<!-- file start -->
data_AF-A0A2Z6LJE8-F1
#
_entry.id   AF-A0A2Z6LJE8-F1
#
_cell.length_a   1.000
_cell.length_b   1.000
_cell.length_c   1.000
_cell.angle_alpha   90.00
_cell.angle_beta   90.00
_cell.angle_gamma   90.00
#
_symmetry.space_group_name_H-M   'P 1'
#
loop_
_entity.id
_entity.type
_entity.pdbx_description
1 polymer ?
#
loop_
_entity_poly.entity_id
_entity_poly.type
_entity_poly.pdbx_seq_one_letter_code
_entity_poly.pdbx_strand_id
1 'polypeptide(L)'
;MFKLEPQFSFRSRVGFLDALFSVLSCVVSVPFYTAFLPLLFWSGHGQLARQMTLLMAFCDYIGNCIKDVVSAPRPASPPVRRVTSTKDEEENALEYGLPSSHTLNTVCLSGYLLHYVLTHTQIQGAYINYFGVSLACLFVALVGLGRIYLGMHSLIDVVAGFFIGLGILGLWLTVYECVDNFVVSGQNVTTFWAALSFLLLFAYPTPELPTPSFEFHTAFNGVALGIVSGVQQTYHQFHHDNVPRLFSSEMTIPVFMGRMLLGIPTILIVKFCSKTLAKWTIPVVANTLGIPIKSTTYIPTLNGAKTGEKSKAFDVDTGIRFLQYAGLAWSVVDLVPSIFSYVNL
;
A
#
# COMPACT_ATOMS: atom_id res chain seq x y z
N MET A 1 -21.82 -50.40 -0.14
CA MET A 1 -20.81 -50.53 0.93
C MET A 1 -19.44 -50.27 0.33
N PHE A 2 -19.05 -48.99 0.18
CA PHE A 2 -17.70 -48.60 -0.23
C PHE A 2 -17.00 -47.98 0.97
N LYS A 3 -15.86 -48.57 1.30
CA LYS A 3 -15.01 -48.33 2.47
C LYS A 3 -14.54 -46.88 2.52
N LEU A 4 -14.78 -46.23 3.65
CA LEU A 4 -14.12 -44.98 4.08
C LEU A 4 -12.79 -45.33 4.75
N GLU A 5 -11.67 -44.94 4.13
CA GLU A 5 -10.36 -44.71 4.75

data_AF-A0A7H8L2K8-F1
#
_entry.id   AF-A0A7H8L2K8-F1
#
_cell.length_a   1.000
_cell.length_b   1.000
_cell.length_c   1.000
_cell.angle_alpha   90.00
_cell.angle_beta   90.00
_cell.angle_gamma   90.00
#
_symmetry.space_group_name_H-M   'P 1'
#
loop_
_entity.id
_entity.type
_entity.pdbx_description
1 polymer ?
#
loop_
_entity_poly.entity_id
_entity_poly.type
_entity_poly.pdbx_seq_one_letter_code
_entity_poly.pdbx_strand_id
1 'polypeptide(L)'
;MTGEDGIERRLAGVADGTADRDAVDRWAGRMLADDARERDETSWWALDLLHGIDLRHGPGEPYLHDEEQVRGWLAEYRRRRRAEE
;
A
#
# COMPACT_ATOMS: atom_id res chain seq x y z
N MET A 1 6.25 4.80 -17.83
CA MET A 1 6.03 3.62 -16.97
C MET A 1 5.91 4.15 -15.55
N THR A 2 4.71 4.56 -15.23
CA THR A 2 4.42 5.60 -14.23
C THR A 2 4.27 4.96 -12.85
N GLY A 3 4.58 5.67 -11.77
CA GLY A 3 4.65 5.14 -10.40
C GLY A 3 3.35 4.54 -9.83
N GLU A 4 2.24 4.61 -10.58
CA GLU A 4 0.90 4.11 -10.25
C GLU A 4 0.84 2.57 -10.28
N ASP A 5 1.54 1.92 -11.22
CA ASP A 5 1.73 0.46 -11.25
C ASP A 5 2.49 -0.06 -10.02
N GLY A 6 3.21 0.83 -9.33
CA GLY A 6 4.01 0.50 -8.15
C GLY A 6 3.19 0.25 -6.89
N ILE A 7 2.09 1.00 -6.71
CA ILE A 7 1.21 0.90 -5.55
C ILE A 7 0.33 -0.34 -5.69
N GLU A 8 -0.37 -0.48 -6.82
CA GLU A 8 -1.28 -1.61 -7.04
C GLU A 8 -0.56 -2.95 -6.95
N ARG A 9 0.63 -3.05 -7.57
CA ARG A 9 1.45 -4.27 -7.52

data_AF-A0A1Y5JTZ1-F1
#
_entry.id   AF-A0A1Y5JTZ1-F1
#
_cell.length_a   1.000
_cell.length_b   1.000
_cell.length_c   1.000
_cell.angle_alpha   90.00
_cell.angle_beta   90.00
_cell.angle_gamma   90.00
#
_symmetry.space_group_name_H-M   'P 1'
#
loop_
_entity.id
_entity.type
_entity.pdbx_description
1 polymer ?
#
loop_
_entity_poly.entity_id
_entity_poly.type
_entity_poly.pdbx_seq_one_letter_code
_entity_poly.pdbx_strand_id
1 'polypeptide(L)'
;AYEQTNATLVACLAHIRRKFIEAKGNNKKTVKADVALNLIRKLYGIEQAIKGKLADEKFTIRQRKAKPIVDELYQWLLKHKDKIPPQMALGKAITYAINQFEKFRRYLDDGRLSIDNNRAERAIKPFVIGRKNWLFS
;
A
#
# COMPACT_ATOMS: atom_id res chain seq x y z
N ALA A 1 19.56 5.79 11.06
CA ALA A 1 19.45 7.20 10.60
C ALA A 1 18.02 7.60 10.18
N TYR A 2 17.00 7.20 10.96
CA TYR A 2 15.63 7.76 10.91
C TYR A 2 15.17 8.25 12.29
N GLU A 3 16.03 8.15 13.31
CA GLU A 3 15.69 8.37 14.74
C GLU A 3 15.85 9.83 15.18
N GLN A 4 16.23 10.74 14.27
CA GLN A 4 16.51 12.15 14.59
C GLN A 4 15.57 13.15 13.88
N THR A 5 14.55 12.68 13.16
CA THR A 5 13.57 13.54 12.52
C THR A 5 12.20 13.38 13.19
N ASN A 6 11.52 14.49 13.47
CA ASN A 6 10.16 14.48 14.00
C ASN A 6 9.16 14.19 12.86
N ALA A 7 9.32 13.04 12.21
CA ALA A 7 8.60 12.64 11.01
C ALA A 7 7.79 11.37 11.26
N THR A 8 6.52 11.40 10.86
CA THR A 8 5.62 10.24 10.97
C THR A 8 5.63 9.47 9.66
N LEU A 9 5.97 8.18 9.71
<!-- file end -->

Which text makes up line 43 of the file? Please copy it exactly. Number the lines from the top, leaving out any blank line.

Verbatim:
N GLU A 5 -11.67 -44.94 4.13